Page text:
Verma Completes First Confirmation Hearing to Head CMS

Seema Verma’s confirmation hearing to be Administrator of the Centers for Medicare and Medicaid Services (CMS) was held before the Senate Finance Committee last week. Her experience reforming the Medicaid program in Indiana was touted by Republicans on the Committee. Verma repeatedly stated her belief that that there is much room for improvement in the current Medicaid program through increasing flexibility for states to innovate in the administration of Medicaid. Like Secretary Tom Price did during his confirmation hearings, Verma reiterated support for access to affordable health care coverage while offering few details about how she would reform the Affordable Care Act (ACA) or the Medicare
program. She also did not give a definitive response when asked if she supports allowing the federal government to negotiate pharmaceutical prices. While Democrats expressed frustration that she did not provide enough specificity in her responses, the overall tone of the hearing was much more friendly compared to other of President Trump’s nominees. Chairman Orrin Hatch (R-Utah) said he plans to move the nomination quickly, and that he expects Verma to be confirmed. A committee vote on her nomination has not yet been scheduled.

Republican Bill to Protect Pre-Existing Conditions Introduced

Energy and Commerce Committee Chairman Greg Walden (R-Ore.) introduced The Pre-Existing Conditions Protection Act of 2017 (H.R. 1121) last week. The bill is aimed at preventing insurers from discriminating against individuals with pre-existing conditions through exempting certain services from their plans, and is intended to ensure that these individuals won’t pay more for their insurance due to their health status. But it is unclear how the legislation will prevent people from waiting to purchase insurance until they are already sick – the dilemma that the Affordable Care Act’s (ACA) individual mandate aimed to address. The issue of protections for pre-existing conditions was not contained in the recently released reconciliation blueprint because of Senate reconciliation rules – the measure must be moved through as a separate bill through regular order. H.R. 1121 currently has 42 Republican cosponsors.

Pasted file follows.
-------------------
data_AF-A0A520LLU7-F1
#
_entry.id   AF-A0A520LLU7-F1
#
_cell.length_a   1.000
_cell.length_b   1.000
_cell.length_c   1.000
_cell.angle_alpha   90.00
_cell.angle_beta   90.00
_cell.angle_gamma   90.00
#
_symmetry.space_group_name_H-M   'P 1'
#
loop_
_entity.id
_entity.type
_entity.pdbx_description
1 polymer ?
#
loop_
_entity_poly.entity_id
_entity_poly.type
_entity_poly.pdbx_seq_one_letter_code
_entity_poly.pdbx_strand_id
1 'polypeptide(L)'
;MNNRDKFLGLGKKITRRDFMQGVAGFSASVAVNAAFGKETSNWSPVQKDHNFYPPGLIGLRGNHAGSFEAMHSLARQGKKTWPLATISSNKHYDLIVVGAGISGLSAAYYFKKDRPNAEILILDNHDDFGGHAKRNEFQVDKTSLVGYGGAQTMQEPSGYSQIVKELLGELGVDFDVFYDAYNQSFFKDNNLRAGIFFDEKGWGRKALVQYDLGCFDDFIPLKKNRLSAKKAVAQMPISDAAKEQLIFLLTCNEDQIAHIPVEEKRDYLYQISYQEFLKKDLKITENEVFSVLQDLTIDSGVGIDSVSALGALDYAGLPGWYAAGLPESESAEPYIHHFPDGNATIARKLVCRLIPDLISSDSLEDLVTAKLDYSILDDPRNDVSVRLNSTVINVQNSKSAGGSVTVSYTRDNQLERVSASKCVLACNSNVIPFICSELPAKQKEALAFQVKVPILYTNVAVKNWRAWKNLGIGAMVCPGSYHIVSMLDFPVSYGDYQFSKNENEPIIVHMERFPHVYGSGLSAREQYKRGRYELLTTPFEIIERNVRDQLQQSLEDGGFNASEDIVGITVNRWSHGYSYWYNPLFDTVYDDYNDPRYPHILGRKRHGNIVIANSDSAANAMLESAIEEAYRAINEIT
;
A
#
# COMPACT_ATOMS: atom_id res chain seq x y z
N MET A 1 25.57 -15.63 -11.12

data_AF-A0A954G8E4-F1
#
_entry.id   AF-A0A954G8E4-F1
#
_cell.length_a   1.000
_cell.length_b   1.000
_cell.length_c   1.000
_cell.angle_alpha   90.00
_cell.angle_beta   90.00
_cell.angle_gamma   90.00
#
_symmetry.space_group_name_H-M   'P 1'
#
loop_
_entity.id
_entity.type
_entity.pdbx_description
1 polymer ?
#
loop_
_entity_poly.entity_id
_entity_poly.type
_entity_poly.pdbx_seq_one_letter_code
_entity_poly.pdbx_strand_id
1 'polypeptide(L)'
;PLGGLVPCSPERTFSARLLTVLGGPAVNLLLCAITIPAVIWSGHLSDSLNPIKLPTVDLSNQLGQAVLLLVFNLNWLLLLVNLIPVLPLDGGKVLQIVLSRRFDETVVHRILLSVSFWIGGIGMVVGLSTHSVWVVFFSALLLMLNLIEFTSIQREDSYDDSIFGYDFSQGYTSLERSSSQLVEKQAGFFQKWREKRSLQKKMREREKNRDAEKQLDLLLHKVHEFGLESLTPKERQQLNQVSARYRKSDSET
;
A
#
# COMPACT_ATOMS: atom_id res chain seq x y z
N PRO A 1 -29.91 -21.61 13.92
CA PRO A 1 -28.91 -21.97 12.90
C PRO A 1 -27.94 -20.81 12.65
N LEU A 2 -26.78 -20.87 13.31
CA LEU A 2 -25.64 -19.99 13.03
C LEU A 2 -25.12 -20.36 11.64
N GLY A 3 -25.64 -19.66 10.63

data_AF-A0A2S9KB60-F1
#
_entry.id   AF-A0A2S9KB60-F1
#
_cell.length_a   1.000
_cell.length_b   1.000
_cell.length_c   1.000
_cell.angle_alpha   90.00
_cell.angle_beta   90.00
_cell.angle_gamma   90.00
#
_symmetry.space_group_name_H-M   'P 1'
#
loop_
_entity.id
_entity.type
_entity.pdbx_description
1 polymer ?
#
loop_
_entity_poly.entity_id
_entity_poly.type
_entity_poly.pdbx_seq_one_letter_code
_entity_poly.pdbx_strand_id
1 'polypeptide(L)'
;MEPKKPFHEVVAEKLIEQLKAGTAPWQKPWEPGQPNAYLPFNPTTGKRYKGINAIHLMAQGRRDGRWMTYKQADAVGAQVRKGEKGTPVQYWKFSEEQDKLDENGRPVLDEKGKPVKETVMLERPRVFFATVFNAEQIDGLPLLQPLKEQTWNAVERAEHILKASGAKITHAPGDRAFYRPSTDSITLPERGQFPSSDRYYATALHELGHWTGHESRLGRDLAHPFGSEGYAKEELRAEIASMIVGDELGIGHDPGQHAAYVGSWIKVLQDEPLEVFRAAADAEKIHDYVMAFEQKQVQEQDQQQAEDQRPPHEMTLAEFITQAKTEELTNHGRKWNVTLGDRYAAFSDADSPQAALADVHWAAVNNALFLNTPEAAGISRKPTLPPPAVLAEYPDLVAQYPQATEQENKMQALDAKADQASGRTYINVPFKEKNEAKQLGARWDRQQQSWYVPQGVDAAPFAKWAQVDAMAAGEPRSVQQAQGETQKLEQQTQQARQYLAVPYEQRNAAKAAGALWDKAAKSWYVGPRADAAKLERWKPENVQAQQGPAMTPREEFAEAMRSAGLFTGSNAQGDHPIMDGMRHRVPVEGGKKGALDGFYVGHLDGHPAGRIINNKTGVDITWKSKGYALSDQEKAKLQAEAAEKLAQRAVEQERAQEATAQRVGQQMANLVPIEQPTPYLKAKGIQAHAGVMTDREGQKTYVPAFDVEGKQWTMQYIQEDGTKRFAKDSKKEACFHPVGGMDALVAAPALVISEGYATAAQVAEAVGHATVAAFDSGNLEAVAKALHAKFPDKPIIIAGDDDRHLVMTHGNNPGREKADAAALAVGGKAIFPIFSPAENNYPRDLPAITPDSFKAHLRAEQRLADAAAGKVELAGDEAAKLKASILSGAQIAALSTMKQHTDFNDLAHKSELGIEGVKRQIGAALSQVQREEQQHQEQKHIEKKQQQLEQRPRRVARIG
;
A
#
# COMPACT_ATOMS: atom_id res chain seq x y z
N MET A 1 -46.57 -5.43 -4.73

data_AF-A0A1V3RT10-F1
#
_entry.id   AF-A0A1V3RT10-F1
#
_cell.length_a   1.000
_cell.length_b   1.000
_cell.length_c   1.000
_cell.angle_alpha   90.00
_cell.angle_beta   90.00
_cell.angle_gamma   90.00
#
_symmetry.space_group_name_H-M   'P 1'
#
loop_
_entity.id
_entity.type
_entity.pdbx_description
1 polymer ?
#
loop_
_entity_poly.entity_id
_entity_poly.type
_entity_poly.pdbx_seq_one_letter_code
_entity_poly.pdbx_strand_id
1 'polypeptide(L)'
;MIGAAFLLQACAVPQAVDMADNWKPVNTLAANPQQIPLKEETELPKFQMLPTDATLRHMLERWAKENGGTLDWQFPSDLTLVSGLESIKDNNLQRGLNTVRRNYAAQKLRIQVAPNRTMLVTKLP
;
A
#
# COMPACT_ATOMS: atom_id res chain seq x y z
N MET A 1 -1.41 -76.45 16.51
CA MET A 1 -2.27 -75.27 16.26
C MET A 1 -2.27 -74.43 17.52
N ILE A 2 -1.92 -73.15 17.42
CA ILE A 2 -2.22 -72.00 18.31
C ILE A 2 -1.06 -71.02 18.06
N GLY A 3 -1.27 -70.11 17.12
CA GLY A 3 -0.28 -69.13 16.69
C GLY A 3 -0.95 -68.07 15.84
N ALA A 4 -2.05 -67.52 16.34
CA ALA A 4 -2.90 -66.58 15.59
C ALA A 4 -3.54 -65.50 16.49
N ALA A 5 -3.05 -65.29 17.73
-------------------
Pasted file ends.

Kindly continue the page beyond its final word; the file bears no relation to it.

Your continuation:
Lawmakers Consider Medicaid Per-Capita Caps

House Republicans may restructure the Medicaid program through the use of per-capita caps, according to Vice Chairman of the House Energy and Commerce Health Subcommittee Brett Guthrie (R-Ky.). Under this policy, the program’s open-ended commitment from the federal government would be changed into a capped per-person payment to states. Per-capita caps would provide more flexibility to states than a block grant, but would still limit federal spending on the Medicaid program. The idea was previously included as a part of Speaker Paul Ryan’s (R-Wis.) A Better Way health care plan. The change would be included as a part of the forthcoming reconciliation bill used to repeal the Affordable Care Act (ACA). Several Republican senators, however, have expressed skepticism that an overhaul of the Medicaid program could pass at the same time as ACA repeal.

Freedom Caucus Positions Themselves on ACA Repeal/Replace

Last week, members of the House Freedom Caucus voted to oppose any Affordable Care Act (ACA) repeal measure that does not go as far as the version passed by Congress in 2015. The 2015 measure, however, repealed Medicaid expansion, which would be particularly difficult to pass the Senate given today’s political environment. Republican members from states that expanded their programs have expressed reservations about repeal due to concerns about constituents losing insurance coverage, especially in the absence of a firm replacement measure. The conservative Freedom Caucus has 40
members, which is enough to stop a vote if Democrats are also united in opposition. Last week, the Freedom Caucus also endorsed replacement legislation introduced by Sen. Rand Paul (R-Ky.) and caucus member Rep. Mark Sanford (R-S.C.). The Obamacare Replacement Act includes a continuous coverage provision for those with pre-existing conditions, provides a tax deduction for expanded use of health savings accounts (HSAs), and would allow the sale of insurance policies across state lines.

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